In the immediate postwar era a surplus of trained pilots and demilitarised aircraft led to the establishment of a huge number of non-scheduled airlines who basically did whatever they liked and had little interest in rules and regulations. These non-skeds shook up the industry and began to create competition where previously there had been little, much to the consternation of the Trunk airlines.
By 1960 the CAB had got most of the survivors under control and killed off most of the rest by foul means or fair. The survivors became known as Supplemental airlines and one of the most important of those was TIA...
Originally Los Angeles Air Services it was bought by Kirk Kerkorian in 1947 for $60,000. His operation was tied closely to the growth of Las Vegas as a tourist destination and unlike so many supplementals his business prospered in the 1950s so much so that he renamed it grandly as Trans International Airlines in 1960.
TIA picked up several DC-6s and Super Constellations in the 1960-62 period but really began to make waves in 1962 when it became the first supplemental to start jet operations using N8008D - the first DC-8.
That year the car manufacturer Studebaker had purchased TIA keeping Kerkorian as president though they were forced to sell it back to him in 1964 due to their own financial problems. By 1966 TIA had 3 short DC-8s in service and began to operate transatlantic charters adding cheap backdoor competition to Pan Am, TWA and BOAC. In 1968 Kerkorian sold the airline again pocketing not far off $100 million which he invested in Vegas (see Kirk Kerkorian - Wikipedia, the free encyclopedia).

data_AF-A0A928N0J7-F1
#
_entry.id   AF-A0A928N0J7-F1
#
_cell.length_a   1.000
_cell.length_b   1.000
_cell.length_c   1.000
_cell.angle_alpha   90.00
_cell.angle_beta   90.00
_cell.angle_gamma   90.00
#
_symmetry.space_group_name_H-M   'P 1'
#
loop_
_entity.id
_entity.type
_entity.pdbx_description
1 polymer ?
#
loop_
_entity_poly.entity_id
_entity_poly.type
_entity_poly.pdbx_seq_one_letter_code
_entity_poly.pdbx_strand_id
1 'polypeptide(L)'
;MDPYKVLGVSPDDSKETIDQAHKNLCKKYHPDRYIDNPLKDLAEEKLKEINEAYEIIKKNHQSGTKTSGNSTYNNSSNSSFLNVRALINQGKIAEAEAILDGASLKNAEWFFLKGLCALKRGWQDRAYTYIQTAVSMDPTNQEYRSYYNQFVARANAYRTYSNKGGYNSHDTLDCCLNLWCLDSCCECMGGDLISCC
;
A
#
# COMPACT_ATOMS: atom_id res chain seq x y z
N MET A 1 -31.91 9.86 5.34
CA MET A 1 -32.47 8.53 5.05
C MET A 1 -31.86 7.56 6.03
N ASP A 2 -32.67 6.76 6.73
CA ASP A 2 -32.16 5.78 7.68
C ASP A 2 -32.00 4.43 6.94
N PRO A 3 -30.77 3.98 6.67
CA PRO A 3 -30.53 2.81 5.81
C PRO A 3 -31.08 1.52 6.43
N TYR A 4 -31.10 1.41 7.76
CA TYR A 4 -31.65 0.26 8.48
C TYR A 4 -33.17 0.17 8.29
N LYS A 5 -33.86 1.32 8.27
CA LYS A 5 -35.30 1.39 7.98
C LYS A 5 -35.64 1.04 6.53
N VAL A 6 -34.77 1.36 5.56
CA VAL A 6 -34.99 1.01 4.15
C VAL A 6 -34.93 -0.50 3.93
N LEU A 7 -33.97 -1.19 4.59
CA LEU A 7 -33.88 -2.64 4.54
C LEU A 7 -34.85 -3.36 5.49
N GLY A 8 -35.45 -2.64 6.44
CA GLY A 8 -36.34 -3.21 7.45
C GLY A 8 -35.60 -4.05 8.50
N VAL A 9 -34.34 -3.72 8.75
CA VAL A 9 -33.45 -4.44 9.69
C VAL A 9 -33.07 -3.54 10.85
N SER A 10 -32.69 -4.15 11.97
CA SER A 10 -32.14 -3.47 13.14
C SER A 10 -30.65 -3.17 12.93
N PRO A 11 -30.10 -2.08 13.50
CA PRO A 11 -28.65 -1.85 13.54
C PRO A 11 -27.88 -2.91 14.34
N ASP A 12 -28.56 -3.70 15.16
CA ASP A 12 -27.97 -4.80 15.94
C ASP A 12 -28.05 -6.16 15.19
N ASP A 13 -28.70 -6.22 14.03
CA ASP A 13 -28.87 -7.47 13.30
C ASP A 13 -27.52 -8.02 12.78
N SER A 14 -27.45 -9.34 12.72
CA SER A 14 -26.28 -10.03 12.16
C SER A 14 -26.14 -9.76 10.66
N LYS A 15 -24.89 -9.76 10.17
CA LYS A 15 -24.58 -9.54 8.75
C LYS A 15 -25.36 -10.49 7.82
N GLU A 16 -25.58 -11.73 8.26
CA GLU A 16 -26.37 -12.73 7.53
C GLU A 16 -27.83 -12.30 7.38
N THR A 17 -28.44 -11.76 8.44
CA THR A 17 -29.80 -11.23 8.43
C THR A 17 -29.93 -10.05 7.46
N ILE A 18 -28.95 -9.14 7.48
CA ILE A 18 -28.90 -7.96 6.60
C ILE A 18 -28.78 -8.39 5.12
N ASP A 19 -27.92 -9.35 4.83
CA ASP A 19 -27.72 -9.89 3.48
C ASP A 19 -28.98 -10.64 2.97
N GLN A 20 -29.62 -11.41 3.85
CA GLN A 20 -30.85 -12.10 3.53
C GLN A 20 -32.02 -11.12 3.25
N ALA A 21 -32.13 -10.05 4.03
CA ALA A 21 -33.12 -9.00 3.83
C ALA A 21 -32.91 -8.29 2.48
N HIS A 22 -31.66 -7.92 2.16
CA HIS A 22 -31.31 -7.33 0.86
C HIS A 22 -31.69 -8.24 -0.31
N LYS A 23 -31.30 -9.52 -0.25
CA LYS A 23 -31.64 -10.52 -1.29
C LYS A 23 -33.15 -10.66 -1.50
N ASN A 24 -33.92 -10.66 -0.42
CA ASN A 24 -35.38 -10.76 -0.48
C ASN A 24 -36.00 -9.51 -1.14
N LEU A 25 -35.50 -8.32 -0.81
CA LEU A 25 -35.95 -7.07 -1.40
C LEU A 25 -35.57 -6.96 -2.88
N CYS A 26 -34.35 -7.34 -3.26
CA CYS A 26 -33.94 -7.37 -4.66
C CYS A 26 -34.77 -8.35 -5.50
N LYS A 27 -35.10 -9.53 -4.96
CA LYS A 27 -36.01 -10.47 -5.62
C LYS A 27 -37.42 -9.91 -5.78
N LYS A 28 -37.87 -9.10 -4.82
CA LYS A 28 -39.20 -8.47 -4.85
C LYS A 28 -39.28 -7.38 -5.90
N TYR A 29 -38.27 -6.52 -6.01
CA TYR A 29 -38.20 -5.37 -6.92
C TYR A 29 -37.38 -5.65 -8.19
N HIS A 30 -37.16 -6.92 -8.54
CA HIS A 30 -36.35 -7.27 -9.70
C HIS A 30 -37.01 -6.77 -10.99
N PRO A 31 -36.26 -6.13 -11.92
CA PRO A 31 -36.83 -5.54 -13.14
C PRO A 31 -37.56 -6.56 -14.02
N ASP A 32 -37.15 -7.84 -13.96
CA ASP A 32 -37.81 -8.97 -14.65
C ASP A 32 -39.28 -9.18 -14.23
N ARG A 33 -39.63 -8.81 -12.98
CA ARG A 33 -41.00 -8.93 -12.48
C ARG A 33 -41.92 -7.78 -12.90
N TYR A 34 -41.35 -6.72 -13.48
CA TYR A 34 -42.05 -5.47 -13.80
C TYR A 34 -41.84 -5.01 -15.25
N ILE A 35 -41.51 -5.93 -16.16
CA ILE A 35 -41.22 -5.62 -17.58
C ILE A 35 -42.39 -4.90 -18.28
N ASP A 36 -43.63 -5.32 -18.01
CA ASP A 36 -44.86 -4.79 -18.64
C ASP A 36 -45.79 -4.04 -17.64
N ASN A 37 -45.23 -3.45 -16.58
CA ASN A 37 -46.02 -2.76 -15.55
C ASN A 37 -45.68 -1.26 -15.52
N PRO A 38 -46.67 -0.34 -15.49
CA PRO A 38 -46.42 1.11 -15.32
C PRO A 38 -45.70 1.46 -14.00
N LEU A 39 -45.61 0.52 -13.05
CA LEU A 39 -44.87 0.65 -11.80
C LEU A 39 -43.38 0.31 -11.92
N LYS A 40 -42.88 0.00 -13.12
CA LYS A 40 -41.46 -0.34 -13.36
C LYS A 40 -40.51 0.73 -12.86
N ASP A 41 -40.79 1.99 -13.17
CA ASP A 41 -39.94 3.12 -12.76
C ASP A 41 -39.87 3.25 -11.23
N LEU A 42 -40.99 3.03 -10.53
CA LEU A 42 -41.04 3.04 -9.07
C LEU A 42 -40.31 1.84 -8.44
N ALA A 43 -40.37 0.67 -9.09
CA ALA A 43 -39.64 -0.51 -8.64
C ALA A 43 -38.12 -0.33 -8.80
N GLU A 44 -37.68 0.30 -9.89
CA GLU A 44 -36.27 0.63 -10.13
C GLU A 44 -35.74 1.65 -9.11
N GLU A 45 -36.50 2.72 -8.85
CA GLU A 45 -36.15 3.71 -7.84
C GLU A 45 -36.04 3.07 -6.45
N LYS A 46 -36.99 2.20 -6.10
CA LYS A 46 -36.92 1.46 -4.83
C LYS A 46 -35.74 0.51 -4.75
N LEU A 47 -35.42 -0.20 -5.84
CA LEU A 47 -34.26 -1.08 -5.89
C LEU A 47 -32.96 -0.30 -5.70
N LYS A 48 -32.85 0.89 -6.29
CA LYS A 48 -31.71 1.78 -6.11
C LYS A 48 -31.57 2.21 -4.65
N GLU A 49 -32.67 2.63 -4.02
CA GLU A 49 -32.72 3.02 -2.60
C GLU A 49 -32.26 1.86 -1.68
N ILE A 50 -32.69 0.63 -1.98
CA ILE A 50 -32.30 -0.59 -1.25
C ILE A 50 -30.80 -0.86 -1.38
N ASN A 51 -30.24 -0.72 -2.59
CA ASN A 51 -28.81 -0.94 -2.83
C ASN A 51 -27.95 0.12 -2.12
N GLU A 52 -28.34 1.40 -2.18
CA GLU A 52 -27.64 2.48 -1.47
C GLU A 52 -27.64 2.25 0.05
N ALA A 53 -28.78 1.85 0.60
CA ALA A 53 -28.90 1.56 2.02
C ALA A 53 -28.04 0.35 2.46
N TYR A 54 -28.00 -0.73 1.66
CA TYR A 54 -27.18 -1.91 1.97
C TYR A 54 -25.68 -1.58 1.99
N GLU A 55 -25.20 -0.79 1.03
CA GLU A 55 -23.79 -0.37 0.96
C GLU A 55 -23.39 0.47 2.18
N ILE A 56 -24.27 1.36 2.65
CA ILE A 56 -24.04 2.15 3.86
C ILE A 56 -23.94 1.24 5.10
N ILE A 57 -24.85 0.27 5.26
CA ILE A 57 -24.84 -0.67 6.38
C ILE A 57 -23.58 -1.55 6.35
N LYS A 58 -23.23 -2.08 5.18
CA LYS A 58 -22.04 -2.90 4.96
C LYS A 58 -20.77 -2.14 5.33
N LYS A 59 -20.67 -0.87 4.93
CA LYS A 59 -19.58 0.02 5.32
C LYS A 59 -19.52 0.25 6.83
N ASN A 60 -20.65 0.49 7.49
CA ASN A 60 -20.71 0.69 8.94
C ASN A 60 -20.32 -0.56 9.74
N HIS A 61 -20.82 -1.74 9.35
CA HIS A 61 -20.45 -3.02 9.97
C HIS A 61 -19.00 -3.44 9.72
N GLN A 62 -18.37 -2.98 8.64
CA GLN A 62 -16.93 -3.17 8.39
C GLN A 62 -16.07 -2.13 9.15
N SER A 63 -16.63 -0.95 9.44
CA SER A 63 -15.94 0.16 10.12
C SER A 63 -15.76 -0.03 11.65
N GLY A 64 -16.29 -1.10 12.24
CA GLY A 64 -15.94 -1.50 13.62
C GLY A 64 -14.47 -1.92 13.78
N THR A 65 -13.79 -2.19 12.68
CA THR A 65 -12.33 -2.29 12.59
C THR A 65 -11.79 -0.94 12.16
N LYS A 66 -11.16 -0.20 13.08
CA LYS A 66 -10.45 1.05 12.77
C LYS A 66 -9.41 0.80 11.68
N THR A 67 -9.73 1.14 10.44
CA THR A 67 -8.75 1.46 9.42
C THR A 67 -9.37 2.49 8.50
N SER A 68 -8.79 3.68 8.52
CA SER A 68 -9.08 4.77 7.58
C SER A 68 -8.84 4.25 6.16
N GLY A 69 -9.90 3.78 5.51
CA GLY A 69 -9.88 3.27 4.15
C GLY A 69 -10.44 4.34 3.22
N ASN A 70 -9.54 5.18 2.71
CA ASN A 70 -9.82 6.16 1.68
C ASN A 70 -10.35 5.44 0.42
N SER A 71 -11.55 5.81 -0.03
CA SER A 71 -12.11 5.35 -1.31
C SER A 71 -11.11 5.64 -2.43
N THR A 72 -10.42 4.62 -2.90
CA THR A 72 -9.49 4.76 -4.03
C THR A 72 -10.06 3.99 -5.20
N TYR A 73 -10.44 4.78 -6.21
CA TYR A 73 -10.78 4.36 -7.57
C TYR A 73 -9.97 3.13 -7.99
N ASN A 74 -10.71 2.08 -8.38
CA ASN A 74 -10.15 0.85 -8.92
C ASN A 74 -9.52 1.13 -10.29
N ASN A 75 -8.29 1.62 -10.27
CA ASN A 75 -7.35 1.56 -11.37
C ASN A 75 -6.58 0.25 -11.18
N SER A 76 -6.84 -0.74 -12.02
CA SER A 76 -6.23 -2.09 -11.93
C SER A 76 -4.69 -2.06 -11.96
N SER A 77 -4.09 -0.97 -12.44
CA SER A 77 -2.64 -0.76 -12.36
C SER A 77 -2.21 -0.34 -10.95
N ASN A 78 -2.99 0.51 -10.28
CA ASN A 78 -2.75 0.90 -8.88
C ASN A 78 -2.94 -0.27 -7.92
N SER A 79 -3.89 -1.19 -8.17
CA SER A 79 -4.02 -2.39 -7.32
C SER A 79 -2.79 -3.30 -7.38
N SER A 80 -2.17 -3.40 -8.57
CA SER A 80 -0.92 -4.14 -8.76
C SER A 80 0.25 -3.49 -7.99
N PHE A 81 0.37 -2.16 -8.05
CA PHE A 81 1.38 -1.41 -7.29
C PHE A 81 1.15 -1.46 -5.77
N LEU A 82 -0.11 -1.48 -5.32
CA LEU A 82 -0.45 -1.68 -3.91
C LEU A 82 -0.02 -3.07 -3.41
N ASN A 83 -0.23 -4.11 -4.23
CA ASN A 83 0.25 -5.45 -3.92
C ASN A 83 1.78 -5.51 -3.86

Purchased by the Transamerica Corp the airline really blossomed, helped no doubt by the ramp up in Vietnam ops. A pair of 727-100s were added as were the first of a large fleet of DC-8-61/63s. The DC-8-61/63 fleet would grow to be eleven strong by mid 1970 with further additions in the 1970s. N8960T see below) as with other members of the fleet spent most of the 70s on lease: to Universal (71-mid-72) and Seaboard World (73-78). The latter sub-leased her at times to Air Cargo Egypt and PIA. From 1978-1984 she became N860FT with Flying Tigers and was then sold in mid 1985 to UPS who converted her to DC-8-71F configuration. Reregistered N701UP she served until August 2008.
TIA's growth continued into the 70s with the takeover of Universal and Saturn - two other supplementals. By 1977 the fleet included 9 L-188 Electras, 11 Hercules, 9 DC-8-61/63s and 3 DC-10s. A lot of the fleet was leased out or operated military contracted charters worldwide.
Trans International's Electra's were all ex-KLM aircraft. N954U (see below) was originally PH-LLD ‘Jupiter’ with KLM delivered to them on 16/12/59. She spent most of 1961 with Air Ceylon on lease and was sold to Universal Airlines in Feb 1969 when she was converted to a freighter. She joined Trans International when they took over Universal’s assets in 1976. After Transamerica service she had a short lease with Interstate Airlines before passing to Galaxy Airlines in July 1984. Sadly she was written off in January 1985 at Dobbins Air Force Base when the right gear jammed and she veered off the runway.
Trans International was renamed Transamerica in October 1979 just prior to the start of scheduled transatlantic services from New York to Amsterdam via Shannon. Several 747s were added for these routes but despite being profitable Transamerica Corp decided to divest itself of all non financial assets, due to its own lack of profitability, and the airline was wound up in 1986 - no doubt for a profit!
I'm Richard Stretton: a fan of classic airliners and airlines who enjoys exploring their history through my collection of die-cast airliners. If you enjoy the site please donate whatever you can to help keep it running: